At this point it gets a little tricky. Both “Hope” and “Guidance” can represent BARGAINING. In “Hope”, an eye is positioned inside of an hourglass, below a stream of black sand that represents the bad news and negative emotions that bombard us during a difficult time. We try to hold on to any thread of optimism, but it is often very difficult to find. The hidden jewel tucked away inside of the iris represents our attempt to find a glimmer of hope.
BARGAINING can also be seen in the “Guidance” piece. When a neuronal cell develops, it extends a delicate membrane, called a growth cone, to probe its surrounding environment. The growth cone can sense positive and negative signals, resulting in attraction and repulsion to a certain path. When a positive signal is present, the growth cone begins to slowly turn in that direction, to find the way towards its target.
It attempts to find a way forward based on its immediate surroundings. While this process is typically studied at the stages of early development, it also plays an important role in recovering from acute traumatic injury. Just like people, cells need to not only overcome the barriers in their way, but start navigating in the new, uncharted territory they enter. These survivors need extrinsic factors to guide them towards their new potential targets. Sometimes you don’t know where to turn. The question is – will you be guided in the right direction, get lost, or find a new home in a different place?
I created “Tortured” right around the time of the peak of my grieving process. It is used to represent DEPRESSION. “Tortured” shows a temporal continuum, where the left solid side of the nerve represents intact life before an incident. Once the nerve is crushed, a large inflamed scar forms at the site of injury, as represented by the red cells (astrocytes). We do our best to get through, extending small tips of weak optimism that we have left past the scar. But in the end, these slender processes come out bearing a deformed, tortured morphology showing the permanent damage that they withstood.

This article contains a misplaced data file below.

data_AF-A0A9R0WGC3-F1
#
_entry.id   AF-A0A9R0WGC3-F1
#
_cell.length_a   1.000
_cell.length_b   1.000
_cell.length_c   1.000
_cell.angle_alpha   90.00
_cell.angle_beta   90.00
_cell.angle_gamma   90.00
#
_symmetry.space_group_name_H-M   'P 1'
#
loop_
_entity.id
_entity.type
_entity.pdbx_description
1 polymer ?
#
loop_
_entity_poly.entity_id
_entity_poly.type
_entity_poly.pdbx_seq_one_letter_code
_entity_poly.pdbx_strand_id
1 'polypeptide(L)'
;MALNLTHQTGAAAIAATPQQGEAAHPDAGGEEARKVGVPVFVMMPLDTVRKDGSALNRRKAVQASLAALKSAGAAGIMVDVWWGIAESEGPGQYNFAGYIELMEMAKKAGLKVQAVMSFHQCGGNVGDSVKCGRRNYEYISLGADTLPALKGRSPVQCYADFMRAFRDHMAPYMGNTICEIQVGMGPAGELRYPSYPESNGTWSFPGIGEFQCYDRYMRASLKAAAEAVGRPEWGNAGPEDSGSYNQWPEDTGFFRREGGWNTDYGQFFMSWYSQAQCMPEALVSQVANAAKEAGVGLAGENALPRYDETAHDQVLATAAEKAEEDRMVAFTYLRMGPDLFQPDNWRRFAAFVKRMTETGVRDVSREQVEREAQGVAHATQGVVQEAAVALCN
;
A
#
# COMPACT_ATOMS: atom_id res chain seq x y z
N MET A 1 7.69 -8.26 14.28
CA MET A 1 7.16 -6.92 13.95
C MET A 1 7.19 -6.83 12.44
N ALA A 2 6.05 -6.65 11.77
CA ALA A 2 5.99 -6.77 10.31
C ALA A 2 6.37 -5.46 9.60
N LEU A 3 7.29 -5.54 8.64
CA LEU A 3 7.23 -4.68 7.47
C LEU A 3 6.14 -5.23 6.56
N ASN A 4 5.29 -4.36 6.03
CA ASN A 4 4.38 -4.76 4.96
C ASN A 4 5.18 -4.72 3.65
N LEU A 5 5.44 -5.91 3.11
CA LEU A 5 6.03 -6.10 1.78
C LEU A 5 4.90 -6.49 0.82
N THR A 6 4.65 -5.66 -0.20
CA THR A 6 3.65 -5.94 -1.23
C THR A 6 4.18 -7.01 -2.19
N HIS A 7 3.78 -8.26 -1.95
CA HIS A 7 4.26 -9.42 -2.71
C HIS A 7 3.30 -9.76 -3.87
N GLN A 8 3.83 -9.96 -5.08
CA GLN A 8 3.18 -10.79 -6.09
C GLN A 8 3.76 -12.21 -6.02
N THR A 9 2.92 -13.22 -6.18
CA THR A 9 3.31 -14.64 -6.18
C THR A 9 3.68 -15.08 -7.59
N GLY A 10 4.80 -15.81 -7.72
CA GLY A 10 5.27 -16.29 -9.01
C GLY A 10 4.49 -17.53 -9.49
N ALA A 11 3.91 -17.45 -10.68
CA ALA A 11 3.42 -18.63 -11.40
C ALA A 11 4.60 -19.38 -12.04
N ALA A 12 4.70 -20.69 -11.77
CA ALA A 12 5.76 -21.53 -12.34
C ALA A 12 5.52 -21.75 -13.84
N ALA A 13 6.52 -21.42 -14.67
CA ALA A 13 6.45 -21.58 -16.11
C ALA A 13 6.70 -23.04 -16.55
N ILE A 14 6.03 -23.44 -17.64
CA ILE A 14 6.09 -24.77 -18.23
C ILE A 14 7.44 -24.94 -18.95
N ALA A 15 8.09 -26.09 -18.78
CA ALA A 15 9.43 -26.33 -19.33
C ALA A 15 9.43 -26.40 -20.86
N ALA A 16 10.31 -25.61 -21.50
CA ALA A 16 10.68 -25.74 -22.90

Finally, there is ACCEPTANCE. This stage can also be seen in more than one artwork. In “Transformation”, a single neuron is shown to undergo its differentiation process. Over time, it not only acquires a more complex morphology, but also specializes its compartments. This process can be visualized by staining the cell with different markers. While an immature neuron typically shows a homogeneous distribution of a certain protein, over time these proteins will localize in different areas of the cell. In “Transformation”, we see a neuron with yellow staining of the cell body that extends into the trunks of its processes. However, as they grow further away from the center, the processes gradually begin to lose the yellow marker and transition to a red one that is necessary for proper functioning of the distal ends. I think that ACCEPTANCE shows a similar phenomenon. We adjust to change and move on, transforming ourselves to fit the circumstances. When the extrinsic world cannot be changed, we have no choice but to change ourselves.
Similarly, “All Wrapped Up” can also represent ACCEPTANCE. In this piece, glial cells called oligodendrocytes are shown as they grow in an artificial environment. In reality, oligodendrocytes tightly wrap their membranes around neuronal axons to provide insulation and support. Amazingly, these cells can also wrap around artificial nanofibers, showing remarkable resilience. They adjust to their new environment and do what they can to survive and flourish. I believe we can learn something from these amazing microscopic structures that constitute our brains.
What do you think? Have you experienced a major life event that has changed you? Can you relate to any of the feelings these images represent? I would love to hear your stories.